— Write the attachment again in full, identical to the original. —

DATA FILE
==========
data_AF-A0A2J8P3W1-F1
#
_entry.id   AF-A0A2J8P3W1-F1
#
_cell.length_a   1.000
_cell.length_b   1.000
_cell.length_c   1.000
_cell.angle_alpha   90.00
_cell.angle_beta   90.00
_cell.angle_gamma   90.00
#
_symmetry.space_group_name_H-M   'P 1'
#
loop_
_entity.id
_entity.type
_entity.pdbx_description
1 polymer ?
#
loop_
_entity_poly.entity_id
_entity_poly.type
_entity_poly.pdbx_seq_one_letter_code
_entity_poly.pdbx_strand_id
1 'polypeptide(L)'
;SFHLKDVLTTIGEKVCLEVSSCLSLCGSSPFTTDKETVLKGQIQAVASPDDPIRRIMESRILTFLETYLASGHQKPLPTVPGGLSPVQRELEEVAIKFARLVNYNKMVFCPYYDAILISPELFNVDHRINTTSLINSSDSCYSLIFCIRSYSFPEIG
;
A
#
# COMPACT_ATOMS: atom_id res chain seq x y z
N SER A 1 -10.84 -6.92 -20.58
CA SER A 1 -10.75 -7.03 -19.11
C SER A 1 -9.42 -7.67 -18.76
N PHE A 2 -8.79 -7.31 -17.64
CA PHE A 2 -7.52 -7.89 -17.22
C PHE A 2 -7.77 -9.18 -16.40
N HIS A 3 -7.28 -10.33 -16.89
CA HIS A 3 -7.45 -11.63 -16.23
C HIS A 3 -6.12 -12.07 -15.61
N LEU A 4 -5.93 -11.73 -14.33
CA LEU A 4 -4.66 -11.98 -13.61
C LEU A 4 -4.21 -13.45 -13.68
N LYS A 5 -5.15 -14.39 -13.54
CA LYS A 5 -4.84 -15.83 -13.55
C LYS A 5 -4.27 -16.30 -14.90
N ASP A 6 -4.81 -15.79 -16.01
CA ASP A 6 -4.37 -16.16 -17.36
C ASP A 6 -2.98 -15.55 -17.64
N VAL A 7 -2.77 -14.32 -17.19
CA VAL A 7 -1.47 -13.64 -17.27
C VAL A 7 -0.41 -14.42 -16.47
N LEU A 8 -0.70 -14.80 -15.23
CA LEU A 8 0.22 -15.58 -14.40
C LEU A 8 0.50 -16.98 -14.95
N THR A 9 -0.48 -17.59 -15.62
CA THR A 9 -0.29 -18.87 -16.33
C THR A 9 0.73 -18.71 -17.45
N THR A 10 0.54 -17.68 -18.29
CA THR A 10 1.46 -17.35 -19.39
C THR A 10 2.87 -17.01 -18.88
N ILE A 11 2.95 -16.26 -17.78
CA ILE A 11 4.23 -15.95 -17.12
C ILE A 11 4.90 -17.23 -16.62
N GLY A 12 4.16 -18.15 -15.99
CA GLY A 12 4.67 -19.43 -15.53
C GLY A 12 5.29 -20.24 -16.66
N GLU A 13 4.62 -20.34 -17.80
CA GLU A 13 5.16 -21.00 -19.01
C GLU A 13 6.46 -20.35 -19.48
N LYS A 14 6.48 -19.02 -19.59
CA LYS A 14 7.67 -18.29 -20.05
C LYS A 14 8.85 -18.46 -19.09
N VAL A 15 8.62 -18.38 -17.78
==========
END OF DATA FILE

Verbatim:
data_AF-A0A2J8P3W1-F1
#
_entry.id   AF-A0A2J8P3W1-F1
#
_cell.length_a   1.000
_cell.length_b   1.000
_cell.length_c   1.000
_cell.angle_alpha   90.00
_cell.angle_beta   90.00
_cell.angle_gamma   90.00
#
_symmetry.space_group_name_H-M   'P 1'
#
loop_
_entity.id
_entity.type
_entity.pdbx_description
1 polymer ?
#
loop_
_entity_poly.entity_id
_entity_poly.type
_entity_poly.pdbx_seq_one_letter_code
_entity_poly.pdbx_strand_id
1 'polypeptide(L)'
;SFHLKDVLTTIGEKVCLEVSSCLSLCGSSPFTTDKETVLKGQIQAVASPDDPIRRIMESRILTFLETYLASGHQKPLPTVPGGLSPVQRELEEVAIKFARLVNYNKMVFCPYYDAILISPELFNVDHRINTTSLINSSDSCYSLIFCIRSYSFPEIG
;
A
#
# COMPACT_ATOMS: atom_id res chain seq x y z
N SER A 1 -10.84 -6.92 -20.58
CA SER A 1 -10.75 -7.03 -19.11
C SER A 1 -9.42 -7.67 -18.76
N PHE A 2 -8.79 -7.31 -17.64
CA PHE A 2 -7.52 -7.89 -17.22
C PHE A 2 -7.77 -9.18 -16.40
N HIS A 3 -7.28 -10.33 -16.89
CA HIS A 3 -7.45 -11.63 -16.23
C HIS A 3 -6.12 -12.07 -15.61
N LEU A 4 -5.93 -11.73 -14.33
CA LEU A 4 -4.66 -11.98 -13.61
C LEU A 4 -4.21 -13.45 -13.68
N LYS A 5 -5.15 -14.39 -13.54
CA LYS A 5 -4.84 -15.83 -13.55
C LYS A 5 -4.27 -16.30 -14.90
N ASP A 6 -4.81 -15.79 -16.01
CA ASP A 6 -4.37 -16.16 -17.36
C ASP A 6 -2.98 -15.55 -17.64
N VAL A 7 -2.77 -14.32 -17.19
CA VAL A 7 -1.47 -13.64 -17.27
C VAL A 7 -0.41 -14.42 -16.47
N LEU A 8 -0.70 -14.80 -15.23
CA LEU A 8 0.22 -15.58 -14.40
C LEU A 8 0.50 -16.98 -14.95
N THR A 9 -0.48 -17.59 -15.62
CA THR A 9 -0.29 -18.87 -16.33
C THR A 9 0.73 -18.71 -17.45
N THR A 10 0.54 -17.68 -18.29
CA THR A 10 1.46 -17.35 -19.39
C THR A 10 2.87 -17.01 -18.88
N ILE A 11 2.95 -16.26 -17.78
CA ILE A 11 4.23 -15.95 -17.12
C ILE A 11 4.90 -17.23 -16.62
N GLY A 12 4.16 -18.15 -15.99
CA GLY A 12 4.67 -19.43 -15.53
C GLY A 12 5.29 -20.24 -16.66
N GLU A 13 4.62 -20.34 -17.80
CA GLU A 13 5.16 -21.00 -19.01
C GLU A 13 6.46 -20.35 -19.48
N LYS A 14 6.48 -19.02 -19.59
CA LYS A 14 7.67 -18.29 -20.05
C LYS A 14 8.85 -18.46 -19.09
N VAL A 15 8.62 -18.38 -17.78